A Farming Revolution: Plants - Sans Soil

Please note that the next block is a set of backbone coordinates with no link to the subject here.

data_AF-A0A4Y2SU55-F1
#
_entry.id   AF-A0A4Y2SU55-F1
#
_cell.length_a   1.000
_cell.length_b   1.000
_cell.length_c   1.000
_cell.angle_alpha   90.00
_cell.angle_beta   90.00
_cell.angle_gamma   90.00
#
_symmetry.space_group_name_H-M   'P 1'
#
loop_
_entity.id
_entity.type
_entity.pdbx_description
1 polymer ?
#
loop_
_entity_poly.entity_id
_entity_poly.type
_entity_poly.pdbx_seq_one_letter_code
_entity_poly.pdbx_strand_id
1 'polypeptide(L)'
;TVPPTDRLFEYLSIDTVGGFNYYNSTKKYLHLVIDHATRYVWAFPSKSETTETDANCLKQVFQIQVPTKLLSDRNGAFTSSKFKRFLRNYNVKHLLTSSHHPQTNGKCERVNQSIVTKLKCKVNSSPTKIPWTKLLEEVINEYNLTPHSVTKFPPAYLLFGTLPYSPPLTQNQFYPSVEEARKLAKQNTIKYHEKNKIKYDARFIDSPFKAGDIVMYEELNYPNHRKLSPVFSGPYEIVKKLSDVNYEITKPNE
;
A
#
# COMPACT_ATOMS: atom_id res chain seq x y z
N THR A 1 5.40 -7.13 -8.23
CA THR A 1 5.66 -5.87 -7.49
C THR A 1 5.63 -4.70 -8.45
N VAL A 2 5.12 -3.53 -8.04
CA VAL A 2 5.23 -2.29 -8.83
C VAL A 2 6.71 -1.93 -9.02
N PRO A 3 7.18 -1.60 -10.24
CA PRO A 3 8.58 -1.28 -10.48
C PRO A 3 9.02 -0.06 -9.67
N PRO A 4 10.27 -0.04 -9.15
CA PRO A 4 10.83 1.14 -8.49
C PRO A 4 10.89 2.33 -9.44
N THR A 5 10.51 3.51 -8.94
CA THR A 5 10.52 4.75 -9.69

An emergent, mission-driven company, AeroFarms, is revolutionizing agriculture - one leafy green at a time. And they're doing it smack-dab in downtown Newark, New Jersey.Think 95% less water. Think zero pesticides. Think aeroponics....What's aeroponics? Glad you asked. Aeroponics is the process of growing plants in mist - without using any soil. The mist is an efficient way to provide roots with the necessary nutrients, hydrogen and oxygen, while drastically curtailing water usage. AeroFarms has designed a closed-looped system, which means they recirculate their nutrient solution - enabling about 95% less water usage than field farming.Here's what it looks like:The process transpires as such: seeds are scattered on an absorbent microfleece cloth stretched over a planter. Inside the flexible, stackable container, hoses pump both oxygen and the nutrient mist onto the fabric, forming a membrane. The seeds germinate on this membrane. Eventually, the seeds will sprout roots that poke through the cloth and absorb more mist.As the plants grow, hoses will provide carbon dioxide. Sensors are in place to monitor humidity and room temperature. And a conveyer belt propels the greens through a trimming device, removing the roots from the cloth so that the fabric can be washed and reused.A vital component of the process is the LED lighting. A control panel allows AeroFarms to regulate the intensity and color wavelength of the light, which can significantly alter the crop's taste, appearance, and nutrient levels. Imagine - a small modification in light intensity can change the taste of kale and arugula.And in downtown Newark NJ, the former nightclub and lounge, Distinct 89, has been transformed into a farm. An indoor farm is probably the last thing you'd expect to see in downtown Newark, but AeroFarms has big plans for the future. The company has raised over $36 million in venture capital and seeks to produce 1.5 million lbs of produce per year from its new warehouse. This equates to enough produce for 60,000 people without digging up any earth.Check it out here.Why do we need to farm in such a manner?70% of freshwater contamination is directly caused by agriculture - specifically fertilizer and pesticides. Given recent events in the world of climate change, freshwater is becoming scarce. (Ask your Californian friends). Very scarce.The concept of aeroponics has actually been around for decades; however, until recently technological limits have hindered widespread growth. But costs have plummeted and equipment has become more sophisticated, making aeroponics feasible.As you might be able to imagine - capital expenditures are not small. The LED lighting carries the heaviest expense, but scientists have been working to develop "lighter recipes" in which energy costs are significantly lower. In fact, AeroFarms has enjoyed an 85% cost reduction in LEDs over the past six years.It will be interesting to see how this pans out. I might have to take a trip to Newark soon, to see if AeroFarms is truly "redefining the garden state" as their website so proclaims. Regardless, their mission is admirable, and the company portrays a dedication to all stakeholders - people, planet, and investors. Hopefully their next move will be to slap some solar panels on that roof.